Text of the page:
The really great part about the resolution of these competitions is that you can actually prevent losses, thereby changing the predetermined outcome of the competition. Whenever a civilization would have one of its disks removed from the map for any reason, it may instead choose to lose 1 talent from its Treasury or discard 1 card from its hand to prevent that loss. This tends to be a very zero sum game though as if both civilizations really want this area, they tend to both keep discarding cards or talents to stay in the fight. At this point, victory will go to the player that has been stockpiling their talents from looting conquered cities or who simply have a lot of cards in their hand.

The other really important thing to have in these competitions is allied disks that are represented by a white disk. During competition, a civilization’s allied disks must be the first disks it removes when losses are required. Allied disks are always returned to the white supply pile when removed from the map; never to a civilization’s supply as they are a temporary troop that is used to improve your situation. These allies also are not interested in sticking around to do your bidding. At the end of every Competition Phase, remove any surviving allied disks from the map.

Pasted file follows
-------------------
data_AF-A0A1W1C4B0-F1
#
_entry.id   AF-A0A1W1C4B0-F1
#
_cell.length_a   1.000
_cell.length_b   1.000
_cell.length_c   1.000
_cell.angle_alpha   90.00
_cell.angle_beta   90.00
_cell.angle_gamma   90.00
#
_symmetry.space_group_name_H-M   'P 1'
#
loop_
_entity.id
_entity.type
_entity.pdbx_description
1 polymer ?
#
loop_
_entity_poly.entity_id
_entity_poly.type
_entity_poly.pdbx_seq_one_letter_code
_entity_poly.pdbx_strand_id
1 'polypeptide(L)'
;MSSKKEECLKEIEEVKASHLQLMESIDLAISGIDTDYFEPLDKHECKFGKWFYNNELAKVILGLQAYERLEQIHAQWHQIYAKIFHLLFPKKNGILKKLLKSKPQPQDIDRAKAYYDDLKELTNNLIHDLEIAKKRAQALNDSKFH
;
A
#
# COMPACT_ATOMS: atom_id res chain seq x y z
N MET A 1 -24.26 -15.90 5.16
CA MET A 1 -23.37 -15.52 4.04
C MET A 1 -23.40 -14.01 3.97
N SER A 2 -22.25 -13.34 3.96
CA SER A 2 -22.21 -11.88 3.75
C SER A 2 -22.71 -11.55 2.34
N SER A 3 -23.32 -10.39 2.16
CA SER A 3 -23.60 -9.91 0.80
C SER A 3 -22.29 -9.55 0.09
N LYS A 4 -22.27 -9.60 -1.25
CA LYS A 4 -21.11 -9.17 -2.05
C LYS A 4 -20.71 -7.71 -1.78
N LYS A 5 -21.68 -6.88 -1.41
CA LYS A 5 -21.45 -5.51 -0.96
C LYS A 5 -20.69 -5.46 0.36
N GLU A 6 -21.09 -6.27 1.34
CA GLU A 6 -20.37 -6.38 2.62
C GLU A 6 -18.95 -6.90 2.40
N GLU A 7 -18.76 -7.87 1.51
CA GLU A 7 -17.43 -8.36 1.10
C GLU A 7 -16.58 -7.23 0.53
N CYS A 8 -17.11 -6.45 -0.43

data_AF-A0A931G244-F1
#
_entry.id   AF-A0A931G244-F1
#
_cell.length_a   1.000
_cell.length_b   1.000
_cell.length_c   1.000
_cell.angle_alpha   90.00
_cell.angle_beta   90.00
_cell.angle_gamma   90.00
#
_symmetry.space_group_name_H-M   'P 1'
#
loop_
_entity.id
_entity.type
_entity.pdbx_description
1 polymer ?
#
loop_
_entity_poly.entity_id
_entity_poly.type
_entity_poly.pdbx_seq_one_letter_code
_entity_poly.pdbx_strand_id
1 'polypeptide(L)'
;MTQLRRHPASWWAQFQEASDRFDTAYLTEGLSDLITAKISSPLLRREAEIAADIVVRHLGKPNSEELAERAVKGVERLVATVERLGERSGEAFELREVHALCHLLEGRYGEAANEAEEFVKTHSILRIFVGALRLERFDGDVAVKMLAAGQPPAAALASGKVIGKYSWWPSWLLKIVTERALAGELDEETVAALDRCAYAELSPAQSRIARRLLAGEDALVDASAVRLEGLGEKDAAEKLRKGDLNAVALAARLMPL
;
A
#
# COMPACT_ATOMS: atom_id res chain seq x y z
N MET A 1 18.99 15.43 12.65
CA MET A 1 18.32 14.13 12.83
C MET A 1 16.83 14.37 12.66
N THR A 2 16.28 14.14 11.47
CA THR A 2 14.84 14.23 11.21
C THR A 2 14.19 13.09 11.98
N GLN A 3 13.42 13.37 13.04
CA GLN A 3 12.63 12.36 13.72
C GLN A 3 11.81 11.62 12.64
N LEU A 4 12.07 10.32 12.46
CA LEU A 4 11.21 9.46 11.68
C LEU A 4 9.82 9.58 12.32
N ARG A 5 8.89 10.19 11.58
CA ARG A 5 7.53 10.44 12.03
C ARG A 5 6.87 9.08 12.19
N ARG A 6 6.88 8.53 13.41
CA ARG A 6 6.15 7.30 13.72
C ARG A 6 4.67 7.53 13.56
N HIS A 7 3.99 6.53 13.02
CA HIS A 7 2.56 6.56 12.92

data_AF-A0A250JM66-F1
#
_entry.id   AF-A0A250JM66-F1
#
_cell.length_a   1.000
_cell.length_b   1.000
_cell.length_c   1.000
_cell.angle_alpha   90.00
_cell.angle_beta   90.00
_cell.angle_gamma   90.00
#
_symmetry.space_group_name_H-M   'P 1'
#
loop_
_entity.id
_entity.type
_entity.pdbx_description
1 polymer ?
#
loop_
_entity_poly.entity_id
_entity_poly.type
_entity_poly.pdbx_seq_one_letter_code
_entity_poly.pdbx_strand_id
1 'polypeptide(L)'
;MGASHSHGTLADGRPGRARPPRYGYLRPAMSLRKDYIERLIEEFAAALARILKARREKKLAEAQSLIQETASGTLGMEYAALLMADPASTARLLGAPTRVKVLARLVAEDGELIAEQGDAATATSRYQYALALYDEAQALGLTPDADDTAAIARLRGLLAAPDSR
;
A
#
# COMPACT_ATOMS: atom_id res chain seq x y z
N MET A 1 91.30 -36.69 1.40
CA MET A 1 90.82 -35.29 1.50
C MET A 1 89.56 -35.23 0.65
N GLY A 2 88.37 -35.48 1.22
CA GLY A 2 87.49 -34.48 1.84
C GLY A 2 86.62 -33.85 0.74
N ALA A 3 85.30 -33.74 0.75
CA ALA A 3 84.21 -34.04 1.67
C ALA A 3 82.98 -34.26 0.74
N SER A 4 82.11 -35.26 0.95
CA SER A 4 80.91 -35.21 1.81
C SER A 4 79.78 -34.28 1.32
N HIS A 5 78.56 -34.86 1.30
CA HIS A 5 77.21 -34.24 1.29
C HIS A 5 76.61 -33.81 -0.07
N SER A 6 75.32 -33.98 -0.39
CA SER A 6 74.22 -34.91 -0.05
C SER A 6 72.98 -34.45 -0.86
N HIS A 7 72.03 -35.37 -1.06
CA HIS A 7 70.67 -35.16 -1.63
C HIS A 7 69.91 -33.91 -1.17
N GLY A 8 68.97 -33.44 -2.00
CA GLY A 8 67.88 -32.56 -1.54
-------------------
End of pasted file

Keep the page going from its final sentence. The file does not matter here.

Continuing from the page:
The Warrior Queen card is played giving the Phoenicians an allied disk in the competition that can swing the battle in their favor.

Sacking and Looting Cities

At the end of every competition in a land area, a civilization earns both 1 talent and 1 VP if it Controls the area that was contested and 3 or more disks belonging to a single opposing civilization (not Barbarians and not white disks) were removed during the